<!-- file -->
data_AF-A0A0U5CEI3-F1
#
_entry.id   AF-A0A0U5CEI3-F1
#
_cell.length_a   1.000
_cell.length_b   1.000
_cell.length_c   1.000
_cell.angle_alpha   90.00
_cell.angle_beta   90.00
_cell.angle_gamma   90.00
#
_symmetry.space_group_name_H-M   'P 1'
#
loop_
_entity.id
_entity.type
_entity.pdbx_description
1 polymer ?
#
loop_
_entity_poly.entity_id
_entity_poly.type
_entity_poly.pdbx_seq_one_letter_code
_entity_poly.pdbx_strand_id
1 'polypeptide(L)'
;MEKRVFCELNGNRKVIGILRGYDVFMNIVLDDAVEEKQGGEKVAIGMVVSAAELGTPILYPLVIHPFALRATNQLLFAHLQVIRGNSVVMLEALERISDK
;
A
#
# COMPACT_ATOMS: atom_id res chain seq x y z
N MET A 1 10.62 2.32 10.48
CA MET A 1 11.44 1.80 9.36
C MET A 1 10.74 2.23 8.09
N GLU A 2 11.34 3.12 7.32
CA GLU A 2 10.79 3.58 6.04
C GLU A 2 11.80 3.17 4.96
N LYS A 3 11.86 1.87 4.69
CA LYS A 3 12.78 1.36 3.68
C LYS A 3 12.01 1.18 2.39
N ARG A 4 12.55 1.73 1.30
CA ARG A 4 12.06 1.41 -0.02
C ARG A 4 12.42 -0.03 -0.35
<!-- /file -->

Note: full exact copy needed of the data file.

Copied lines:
data_AF-A0A0U5CEI3-F1
#
_entry.id   AF-A0A0U5CEI3-F1
#
_cell.length_a   1.000
_cell.length_b   1.000
_cell.length_c   1.000
_cell.angle_alpha   90.00
_cell.angle_beta   90.00
_cell.angle_gamma   90.00
#
_symmetry.space_group_name_H-M   'P 1'
#
loop_
_entity.id
_entity.type
_entity.pdbx_description
1 polymer ?
#
loop_
_entity_poly.entity_id
_entity_poly.type
_entity_poly.pdbx_seq_one_letter_code
_entity_poly.pdbx_strand_id
1 'polypeptide(L)'
;MEKRVFCELNGNRKVIGILRGYDVFMNIVLDDAVEEKQGGEKVAIGMVVSAAELGTPILYPLVIHPFALRATNQLLFAHLQVIRGNSVVMLEALERISDK
;
A
#
# COMPACT_ATOMS: atom_id res chain seq x y z
N MET A 1 10.62 2.32 10.48
CA MET A 1 11.44 1.80 9.36
C MET A 1 10.74 2.23 8.09
N GLU A 2 11.34 3.12 7.32
CA GLU A 2 10.79 3.58 6.04
C GLU A 2 11.80 3.17 4.96
N LYS A 3 11.86 1.87 4.69
CA LYS A 3 12.78 1.36 3.68
C LYS A 3 12.01 1.18 2.39
N ARG A 4 12.55 1.73 1.30
CA ARG A 4 12.06 1.41 -0.02
C ARG A 4 12.42 -0.03 -0.35